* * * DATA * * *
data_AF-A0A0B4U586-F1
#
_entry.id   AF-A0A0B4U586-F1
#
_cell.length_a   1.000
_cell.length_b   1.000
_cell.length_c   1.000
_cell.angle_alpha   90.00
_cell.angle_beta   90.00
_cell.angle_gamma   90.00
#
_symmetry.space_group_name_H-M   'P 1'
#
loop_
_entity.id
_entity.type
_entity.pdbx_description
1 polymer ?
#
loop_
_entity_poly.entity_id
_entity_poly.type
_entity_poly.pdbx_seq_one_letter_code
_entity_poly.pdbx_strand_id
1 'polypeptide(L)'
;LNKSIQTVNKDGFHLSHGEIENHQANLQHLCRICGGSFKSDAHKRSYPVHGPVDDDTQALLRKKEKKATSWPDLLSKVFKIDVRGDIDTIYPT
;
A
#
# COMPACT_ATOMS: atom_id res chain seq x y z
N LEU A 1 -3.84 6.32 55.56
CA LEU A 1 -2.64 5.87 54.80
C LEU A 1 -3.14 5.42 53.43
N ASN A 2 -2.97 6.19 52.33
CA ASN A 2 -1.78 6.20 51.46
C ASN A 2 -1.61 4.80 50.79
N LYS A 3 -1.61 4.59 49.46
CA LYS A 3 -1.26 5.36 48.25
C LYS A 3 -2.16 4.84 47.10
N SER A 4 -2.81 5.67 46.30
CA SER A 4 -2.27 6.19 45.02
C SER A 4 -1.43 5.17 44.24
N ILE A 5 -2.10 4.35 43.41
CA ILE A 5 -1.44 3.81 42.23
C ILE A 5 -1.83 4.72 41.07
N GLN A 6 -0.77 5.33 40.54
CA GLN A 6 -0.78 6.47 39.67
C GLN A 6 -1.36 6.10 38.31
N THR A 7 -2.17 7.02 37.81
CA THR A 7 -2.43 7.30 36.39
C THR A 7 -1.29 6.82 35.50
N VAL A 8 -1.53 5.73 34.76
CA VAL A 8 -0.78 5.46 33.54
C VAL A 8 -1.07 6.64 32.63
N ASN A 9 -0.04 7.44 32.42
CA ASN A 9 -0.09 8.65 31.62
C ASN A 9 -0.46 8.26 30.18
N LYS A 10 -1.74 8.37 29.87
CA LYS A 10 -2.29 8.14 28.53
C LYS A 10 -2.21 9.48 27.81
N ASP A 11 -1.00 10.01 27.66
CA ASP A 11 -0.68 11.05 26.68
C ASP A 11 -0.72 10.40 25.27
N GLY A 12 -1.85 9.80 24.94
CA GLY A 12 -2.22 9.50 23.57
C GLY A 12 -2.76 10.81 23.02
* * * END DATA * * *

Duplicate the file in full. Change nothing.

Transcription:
data_AF-A0A0B4U586-F1
#
_entry.id   AF-A0A0B4U586-F1
#
_cell.length_a   1.000
_cell.length_b   1.000
_cell.length_c   1.000
_cell.angle_alpha   90.00
_cell.angle_beta   90.00
_cell.angle_gamma   90.00
#
_symmetry.space_group_name_H-M   'P 1'
#
loop_
_entity.id
_entity.type
_entity.pdbx_description
1 polymer ?
#
loop_
_entity_poly.entity_id
_entity_poly.type
_entity_poly.pdbx_seq_one_letter_code
_entity_poly.pdbx_strand_id
1 'polypeptide(L)'
;LNKSIQTVNKDGFHLSHGEIENHQANLQHLCRICGGSFKSDAHKRSYPVHGPVDDDTQALLRKKEKKATSWPDLLSKVFKIDVRGDIDTIYPT
;
A
#
# COMPACT_ATOMS: atom_id res chain seq x y z
N LEU A 1 -3.84 6.32 55.56
CA LEU A 1 -2.64 5.87 54.80
C LEU A 1 -3.14 5.42 53.43
N ASN A 2 -2.97 6.19 52.33
CA ASN A 2 -1.78 6.20 51.46
C ASN A 2 -1.61 4.80 50.79
N LYS A 3 -1.61 4.59 49.46
CA LYS A 3 -1.26 5.36 48.25
C LYS A 3 -2.16 4.84 47.10
N SER A 4 -2.81 5.67 46.30
CA SER A 4 -2.27 6.19 45.02
C SER A 4 -1.43 5.17 44.24
N ILE A 5 -2.10 4.35 43.41
CA ILE A 5 -1.44 3.81 42.23
C ILE A 5 -1.83 4.72 41.07
N GLN A 6 -0.77 5.33 40.54
CA GLN A 6 -0.78 6.47 39.67
C GLN A 6 -1.36 6.10 38.31
N THR A 7 -2.17 7.02 37.81
CA THR A 7 -2.43 7.30 36.39
C THR A 7 -1.29 6.82 35.50
N VAL A 8 -1.53 5.73 34.76
CA VAL A 8 -0.78 5.46 33.54
C VAL A 8 -1.07 6.64 32.63
N ASN A 9 -0.04 7.44 32.42
CA ASN A 9 -0.09 8.65 31.62
C ASN A 9 -0.46 8.26 30.18
N LYS A 10 -1.74 8.37 29.87
CA LYS A 10 -2.29 8.14 28.53
C LYS A 10 -2.21 9.48 27.81
N ASP A 11 -1.00 10.01 27.66
CA ASP A 11 -0.68 11.05 26.68
C ASP A 11 -0.72 10.40 25.27
N GLY A 12 -1.85 9.80 24.94
CA GLY A 12 -2.22 9.50 23.57
C GLY A 12 -2.76 10.81 23.02